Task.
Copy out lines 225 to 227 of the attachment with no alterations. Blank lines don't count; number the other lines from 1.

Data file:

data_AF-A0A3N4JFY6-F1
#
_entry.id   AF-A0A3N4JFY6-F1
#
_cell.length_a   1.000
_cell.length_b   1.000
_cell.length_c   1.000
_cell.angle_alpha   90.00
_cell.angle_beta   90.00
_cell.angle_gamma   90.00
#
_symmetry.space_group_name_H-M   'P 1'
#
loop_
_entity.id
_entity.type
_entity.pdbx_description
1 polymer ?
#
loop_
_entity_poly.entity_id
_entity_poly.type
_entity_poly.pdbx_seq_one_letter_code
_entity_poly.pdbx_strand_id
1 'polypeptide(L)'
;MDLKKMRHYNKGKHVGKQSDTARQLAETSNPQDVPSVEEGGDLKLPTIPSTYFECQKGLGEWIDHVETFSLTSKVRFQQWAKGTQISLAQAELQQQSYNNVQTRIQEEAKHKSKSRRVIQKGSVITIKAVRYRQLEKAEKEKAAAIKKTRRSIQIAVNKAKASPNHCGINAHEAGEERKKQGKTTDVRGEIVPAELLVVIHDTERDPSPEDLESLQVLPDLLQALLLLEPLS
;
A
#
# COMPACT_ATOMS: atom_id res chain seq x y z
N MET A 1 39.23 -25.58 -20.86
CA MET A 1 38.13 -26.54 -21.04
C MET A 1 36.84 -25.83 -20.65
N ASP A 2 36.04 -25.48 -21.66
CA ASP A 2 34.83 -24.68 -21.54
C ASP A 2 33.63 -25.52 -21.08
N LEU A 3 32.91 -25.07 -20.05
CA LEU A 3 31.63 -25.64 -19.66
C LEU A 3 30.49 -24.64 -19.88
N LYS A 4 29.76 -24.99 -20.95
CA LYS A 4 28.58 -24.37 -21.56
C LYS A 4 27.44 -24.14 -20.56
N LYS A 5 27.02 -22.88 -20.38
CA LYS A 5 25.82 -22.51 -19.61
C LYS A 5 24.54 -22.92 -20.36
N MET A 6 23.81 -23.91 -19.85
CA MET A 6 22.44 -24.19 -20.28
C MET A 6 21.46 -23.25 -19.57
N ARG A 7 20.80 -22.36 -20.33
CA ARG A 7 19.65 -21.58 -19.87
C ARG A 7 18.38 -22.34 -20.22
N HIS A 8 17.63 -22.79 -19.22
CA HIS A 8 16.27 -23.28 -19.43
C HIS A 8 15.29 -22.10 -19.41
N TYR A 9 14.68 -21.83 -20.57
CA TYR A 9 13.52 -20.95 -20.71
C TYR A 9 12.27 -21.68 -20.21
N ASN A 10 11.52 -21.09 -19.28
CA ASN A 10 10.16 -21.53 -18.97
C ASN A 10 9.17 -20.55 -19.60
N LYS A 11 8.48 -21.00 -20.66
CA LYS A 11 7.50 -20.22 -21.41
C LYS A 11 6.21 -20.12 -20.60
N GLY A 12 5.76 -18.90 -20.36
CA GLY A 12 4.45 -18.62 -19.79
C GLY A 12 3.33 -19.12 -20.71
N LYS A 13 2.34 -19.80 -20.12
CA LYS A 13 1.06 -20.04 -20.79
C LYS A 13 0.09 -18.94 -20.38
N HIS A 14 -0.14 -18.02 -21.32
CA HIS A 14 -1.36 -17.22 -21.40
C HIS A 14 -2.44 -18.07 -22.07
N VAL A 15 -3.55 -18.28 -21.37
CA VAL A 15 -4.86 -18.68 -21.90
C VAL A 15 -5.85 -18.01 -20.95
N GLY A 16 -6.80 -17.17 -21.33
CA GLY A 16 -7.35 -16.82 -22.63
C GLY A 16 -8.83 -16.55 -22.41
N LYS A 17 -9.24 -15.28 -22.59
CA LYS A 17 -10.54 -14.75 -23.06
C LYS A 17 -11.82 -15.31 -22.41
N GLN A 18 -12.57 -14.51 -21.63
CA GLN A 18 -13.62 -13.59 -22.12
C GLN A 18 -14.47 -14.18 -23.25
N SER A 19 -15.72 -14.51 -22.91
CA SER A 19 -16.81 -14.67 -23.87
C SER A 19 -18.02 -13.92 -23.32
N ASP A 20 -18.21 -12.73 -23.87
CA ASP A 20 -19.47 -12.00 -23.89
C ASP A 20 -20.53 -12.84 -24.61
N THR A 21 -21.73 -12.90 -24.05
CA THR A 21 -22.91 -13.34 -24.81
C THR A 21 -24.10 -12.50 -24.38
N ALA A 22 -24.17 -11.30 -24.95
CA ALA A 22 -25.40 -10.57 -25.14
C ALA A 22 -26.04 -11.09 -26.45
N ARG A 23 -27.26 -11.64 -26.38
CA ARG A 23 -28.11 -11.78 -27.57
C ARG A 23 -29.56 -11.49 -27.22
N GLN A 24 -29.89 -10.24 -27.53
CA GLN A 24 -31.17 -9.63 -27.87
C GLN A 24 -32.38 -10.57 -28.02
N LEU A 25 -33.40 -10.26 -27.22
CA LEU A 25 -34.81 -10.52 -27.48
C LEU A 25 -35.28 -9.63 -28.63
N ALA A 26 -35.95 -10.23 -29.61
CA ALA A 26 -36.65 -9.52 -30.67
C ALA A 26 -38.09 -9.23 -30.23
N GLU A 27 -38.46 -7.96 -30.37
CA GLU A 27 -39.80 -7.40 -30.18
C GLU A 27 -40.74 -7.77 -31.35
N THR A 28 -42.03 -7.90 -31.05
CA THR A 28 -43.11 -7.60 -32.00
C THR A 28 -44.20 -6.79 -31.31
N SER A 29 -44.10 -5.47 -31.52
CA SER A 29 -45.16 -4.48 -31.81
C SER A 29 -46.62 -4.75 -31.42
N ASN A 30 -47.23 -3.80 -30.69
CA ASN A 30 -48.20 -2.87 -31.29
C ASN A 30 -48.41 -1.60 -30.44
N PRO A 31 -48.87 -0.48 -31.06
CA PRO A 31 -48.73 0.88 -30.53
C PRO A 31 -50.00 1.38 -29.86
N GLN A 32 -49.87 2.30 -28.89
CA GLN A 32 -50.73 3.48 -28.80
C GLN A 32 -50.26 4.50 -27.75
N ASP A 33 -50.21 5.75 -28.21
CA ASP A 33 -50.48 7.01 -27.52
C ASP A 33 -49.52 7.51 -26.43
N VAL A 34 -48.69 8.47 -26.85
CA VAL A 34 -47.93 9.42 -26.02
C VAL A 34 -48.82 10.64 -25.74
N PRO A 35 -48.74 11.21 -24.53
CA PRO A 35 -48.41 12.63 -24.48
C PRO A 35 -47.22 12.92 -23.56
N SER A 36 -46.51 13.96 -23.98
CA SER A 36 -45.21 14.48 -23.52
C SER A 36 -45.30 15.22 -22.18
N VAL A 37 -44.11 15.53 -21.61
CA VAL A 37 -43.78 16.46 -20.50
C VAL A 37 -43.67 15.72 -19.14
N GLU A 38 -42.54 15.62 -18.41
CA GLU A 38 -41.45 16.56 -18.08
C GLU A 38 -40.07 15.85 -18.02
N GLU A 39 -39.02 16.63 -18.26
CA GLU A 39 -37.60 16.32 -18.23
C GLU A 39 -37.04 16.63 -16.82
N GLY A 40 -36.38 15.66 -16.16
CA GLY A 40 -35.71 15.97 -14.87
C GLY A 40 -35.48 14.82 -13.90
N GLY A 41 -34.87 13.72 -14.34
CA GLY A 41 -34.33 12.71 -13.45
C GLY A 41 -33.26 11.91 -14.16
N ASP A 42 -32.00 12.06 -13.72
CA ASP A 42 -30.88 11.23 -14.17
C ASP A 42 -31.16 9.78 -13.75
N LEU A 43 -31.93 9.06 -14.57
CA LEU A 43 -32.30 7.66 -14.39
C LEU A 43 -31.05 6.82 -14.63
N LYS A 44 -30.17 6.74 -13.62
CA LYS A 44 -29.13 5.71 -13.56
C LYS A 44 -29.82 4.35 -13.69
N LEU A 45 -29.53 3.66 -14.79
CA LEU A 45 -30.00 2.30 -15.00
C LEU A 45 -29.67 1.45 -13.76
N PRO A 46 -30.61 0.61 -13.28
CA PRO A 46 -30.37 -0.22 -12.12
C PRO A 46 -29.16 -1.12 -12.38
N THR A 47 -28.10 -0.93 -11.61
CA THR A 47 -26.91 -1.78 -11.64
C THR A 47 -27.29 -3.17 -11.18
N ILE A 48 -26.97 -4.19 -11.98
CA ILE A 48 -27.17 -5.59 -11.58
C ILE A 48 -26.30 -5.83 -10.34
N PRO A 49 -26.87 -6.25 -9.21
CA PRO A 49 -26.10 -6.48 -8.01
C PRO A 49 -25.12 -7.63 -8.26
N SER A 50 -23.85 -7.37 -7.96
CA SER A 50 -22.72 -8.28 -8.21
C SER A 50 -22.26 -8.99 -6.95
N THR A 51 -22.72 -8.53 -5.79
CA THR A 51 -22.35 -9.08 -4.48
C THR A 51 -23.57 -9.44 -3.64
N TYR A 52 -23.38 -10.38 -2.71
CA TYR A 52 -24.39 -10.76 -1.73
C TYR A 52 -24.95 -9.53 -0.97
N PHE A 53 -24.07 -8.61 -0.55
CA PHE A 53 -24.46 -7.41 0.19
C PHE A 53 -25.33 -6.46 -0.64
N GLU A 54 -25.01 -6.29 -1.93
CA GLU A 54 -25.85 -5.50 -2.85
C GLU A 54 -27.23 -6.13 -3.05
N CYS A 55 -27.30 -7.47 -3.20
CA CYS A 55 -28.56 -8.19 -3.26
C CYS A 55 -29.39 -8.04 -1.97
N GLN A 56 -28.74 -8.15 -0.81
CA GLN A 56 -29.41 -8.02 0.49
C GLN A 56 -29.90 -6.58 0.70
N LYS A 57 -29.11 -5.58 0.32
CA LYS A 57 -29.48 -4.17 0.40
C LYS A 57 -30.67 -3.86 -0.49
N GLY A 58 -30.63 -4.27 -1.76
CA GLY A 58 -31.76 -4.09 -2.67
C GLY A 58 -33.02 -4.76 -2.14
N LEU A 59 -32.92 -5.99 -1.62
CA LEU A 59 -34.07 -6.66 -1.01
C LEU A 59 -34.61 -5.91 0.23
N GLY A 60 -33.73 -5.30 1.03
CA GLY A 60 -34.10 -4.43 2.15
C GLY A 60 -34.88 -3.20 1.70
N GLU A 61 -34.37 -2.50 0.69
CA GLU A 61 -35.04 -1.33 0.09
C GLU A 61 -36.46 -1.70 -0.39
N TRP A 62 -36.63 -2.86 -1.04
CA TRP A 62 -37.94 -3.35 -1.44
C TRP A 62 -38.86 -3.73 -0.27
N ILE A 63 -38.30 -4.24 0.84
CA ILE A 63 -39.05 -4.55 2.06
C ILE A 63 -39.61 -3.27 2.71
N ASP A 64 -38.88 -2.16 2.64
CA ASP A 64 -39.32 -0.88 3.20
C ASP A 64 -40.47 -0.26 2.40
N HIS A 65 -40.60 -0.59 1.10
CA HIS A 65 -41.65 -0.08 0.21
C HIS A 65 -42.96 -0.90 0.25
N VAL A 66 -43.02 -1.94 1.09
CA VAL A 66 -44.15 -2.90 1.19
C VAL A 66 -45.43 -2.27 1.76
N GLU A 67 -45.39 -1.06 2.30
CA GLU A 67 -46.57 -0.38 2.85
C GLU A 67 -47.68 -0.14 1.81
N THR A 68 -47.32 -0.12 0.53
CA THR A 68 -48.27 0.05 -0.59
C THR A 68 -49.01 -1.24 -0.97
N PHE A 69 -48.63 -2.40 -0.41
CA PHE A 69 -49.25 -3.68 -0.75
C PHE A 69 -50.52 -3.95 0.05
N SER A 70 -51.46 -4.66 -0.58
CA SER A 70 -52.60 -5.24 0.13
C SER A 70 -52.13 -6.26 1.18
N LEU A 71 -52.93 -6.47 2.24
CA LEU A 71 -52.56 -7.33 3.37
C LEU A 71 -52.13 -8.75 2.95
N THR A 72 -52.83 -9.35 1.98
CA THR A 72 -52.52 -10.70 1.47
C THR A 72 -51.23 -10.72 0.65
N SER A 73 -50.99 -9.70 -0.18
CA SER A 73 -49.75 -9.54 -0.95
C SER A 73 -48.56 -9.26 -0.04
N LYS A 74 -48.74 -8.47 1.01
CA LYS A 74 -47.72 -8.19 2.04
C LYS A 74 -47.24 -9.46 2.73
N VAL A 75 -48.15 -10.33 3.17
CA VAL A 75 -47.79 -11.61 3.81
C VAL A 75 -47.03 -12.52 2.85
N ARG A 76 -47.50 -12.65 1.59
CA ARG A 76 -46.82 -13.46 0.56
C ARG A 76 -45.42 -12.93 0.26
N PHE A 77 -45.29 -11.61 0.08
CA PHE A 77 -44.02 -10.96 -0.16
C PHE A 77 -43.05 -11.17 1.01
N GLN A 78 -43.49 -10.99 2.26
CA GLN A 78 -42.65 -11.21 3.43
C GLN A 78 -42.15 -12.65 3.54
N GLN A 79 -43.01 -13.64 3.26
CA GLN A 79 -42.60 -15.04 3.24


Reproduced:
C HIS A 65 -42.96 -0.90 0.25
N VAL A 66 -43.02 -1.94 1.09
CA VAL A 66 -44.15 -2.90 1.19